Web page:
12.
Journal of Neuroimaging ; 32(4):770-771, 2022.
Article in English | EMBASE | ID: covidwho-2008751

ABSTRACT

Background and Purpose: Since the implementation of severe acute respiratory syndrome coronavirus 2 (SARS-CoV-2) vaccination, we see continued hesitancy across the world regarding the potential emergence of immune and thromboembolic complications with these injections. This has included temporary pauses over concerns for thromboembolic events and cardiac inflammation.We provide discussion of a 57-year-old patient who suffered multiple ischemic strokes, with no prior history of vascular events after receiving her SARSCoV- 2 (messenger ribonucleic acid [mRNA]) vaccination with workup suggesting CNS vasculitis in the setting of multiple positive immune markers and propose the need for further investigation in this area. Methods:Review of case presentation, testing, imaging, and laboratory studies. Results: CT angiography was performed but could not identify any vascular pathology in the large vasculature. Brain MRI/MR angiography demonstrated strokes in multiple vascular territories (similar findings on first and second admission). Conventional angiogram was completed, which also did not demonstrate large vessel abnormalities. Telemetry was unremarkable. Echocardiogram (transthoracic and transesophageal) was performed without cardioembolic source identified. Serum and CSF laboratory studies were completed and suggestive of a CNS immune process and given the overall clinical picture were most consistent with probable small vessel CNS vasculitis. Conclusion: In presenting this patient's background and medical history, which includes autoimmune hepatitis, we propose there may be a subpopulation who could be at higher risk of immune reactions in the setting of these vaccinations and that while generally still safe for the overall population, in these particular subpopulations increased caution may be warranted pending further investigation, particularly if considering the newermRNA vaccinations.

13.
Journal of the American College of Cardiology ; 80(11):1107-1109, 2022.
Article in English | EMBASE | ID: covidwho-2007792
14.
Surgical Neurology International ; 13, 2022.
Article in English | EMBASE | ID: covidwho-2006708

ABSTRACT

Background: Mucormycosis, which was previously considered to be rare, has emerged with a new challenge in patients infected with or recovering from COVID-19. Immunocompromised patients are particularly prone to developing this disease. The most common form of presentation is rhino-orbito-cerebral mucormycosis (ROCM). We present various neurosurgical approaches to an entire spectrum of its clinical manifestations. Methods: This is a retrospective study of patients who were admitted to the neurosurgery department with ROCM and a history of COVID-19 infection between November 1, 2020, and September 1, 2021. All cases of ROCM underwent contrast-enhanced computed tomography/magnetic resonance imaging of the brain, paranasal sinuses, and orbit. A tissue biopsy was sent for histopathological analysis. All confirmed cases received liposomal amphotericin B and surgical treatment was immediately undertaken. Results: Out of 200 patients with ROCM, 40 patients presented with neurological manifestations. Seven out of 40 patients had focal lesions in the brain and skull bone that needed neurosurgical intervention along with sinus debridement and antifungal treatment. These seven patients presented with different clinical manifestations: large-vessel stroke (one), medium-vessel stroke (one), frontal lobe abscess (one), frontal bone osteomyelitis (two), isolated central nervous system involvement (one), and mucor mimicking trigeminal schwannoma (one). The surgical intervention included decompressive craniectomy, frontal craniotomy, subtemporal craniotomy, and a minimally invasive supraorbital keyhole approach. Conclusion: In high-risk patients, a high level of clinical suspicion combined with appropriate investigations should be performed as soon as possible. Symptoms and early warning signs should not be overlooked, as treatment delays can be fatal. A minimally invasive surgical approach is possible in view of decreasing the morbidity of large craniotomy.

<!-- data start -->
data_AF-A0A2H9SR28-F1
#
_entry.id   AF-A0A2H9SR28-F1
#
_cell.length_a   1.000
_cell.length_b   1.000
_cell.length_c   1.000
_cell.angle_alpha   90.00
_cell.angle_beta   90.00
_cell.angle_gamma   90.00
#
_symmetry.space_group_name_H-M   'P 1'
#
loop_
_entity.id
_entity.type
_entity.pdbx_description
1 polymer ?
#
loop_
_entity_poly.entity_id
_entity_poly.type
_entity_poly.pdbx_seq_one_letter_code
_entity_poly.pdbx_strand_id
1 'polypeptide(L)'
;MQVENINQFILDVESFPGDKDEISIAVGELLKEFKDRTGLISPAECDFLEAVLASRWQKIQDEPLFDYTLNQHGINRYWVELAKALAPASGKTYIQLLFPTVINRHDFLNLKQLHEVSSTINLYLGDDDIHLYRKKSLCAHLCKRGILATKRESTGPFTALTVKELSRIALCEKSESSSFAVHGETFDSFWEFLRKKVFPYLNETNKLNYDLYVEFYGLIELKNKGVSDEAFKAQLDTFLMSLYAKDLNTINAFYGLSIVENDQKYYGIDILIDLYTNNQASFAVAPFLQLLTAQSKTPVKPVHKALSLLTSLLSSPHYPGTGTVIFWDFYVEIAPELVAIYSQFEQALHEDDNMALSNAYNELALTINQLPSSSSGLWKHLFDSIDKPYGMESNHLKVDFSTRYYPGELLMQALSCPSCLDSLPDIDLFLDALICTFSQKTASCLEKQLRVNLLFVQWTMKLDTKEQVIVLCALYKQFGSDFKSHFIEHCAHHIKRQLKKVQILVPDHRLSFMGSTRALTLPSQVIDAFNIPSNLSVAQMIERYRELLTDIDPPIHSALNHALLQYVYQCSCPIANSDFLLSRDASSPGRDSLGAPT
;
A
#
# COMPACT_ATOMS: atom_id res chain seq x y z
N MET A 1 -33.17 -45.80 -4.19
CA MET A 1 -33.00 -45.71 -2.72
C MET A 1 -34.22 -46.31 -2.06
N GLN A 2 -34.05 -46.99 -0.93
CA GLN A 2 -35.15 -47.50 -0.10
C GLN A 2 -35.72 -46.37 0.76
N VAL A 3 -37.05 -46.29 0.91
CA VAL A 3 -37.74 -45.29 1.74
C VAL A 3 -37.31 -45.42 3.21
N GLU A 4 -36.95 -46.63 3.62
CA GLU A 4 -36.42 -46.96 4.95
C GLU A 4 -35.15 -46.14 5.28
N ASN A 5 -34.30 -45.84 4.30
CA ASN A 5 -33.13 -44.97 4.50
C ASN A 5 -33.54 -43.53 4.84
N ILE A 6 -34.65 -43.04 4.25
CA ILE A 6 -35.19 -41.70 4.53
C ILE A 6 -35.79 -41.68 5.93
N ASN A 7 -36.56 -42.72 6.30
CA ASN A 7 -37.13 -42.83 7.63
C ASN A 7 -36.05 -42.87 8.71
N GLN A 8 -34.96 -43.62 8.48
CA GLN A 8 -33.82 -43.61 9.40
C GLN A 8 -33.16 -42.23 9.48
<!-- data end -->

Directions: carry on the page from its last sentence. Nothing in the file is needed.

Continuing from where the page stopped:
15.
NeuroQuantology ; 20(10):1457-1471, 2022.
Article in English | EMBASE | ID: covidwho-2006545

ABSTRACT

This study is a systematic review of rehabilitation techniques, medical and nursing care, and heart monitoring in patients with lung involvement and fractures and multiple traumata. The lung is one of the main organs affected by the corona virus. According to the guidelines published in March 2020 for physiotherapists in the treatment of patients with COVID-19, cardiopulmonary physiotherapy focuses on the treatment and rehabilitation of acute and chronic respiratory conditions of patients, and the goal is to improve the physical strength of people following the disease. Based on this, physiotherapy can play an effective role in respiratory treatment and physical rehabilitation of patients with COVID-19. Dr. Kia added: People who have underlying risk factors and heart problems are more exposed to Covid-19, and of course, this virus itself can cause heart disease in people who do not have heart disease. A significant number of hospitalized corona patients suffer from myocardial damage, which is associated with an increased risk of death in these people. Myocardial damage can be caused in two ways: myocarditis or heart failure, which can be measured by echocardiography or blood markers. Another damage that the corona virus causes to the heart is the blockage of the coronary arteries in the form of MI or acute heart attacks. Another damage is cardiac arrhythmias or disturbances in the normal rhythm of the heart with the mechanism of the virus attack on the conduction system of the heart, which causes the person to experience an increase or decrease in the heart rate. Another complication of this virus is thrombosis or blood clots in the body or lung embolism or strokes. One of the symptoms that patients report these days when visiting doctors or medical centers is the feeling of pain while lying down, and in fact, it is most likely inflammation of the pericardium or pericarditis, which is caused by the attack and attack of the corona virus on the heart. The person becomes inflamed and it is one of the common symptoms of this disease.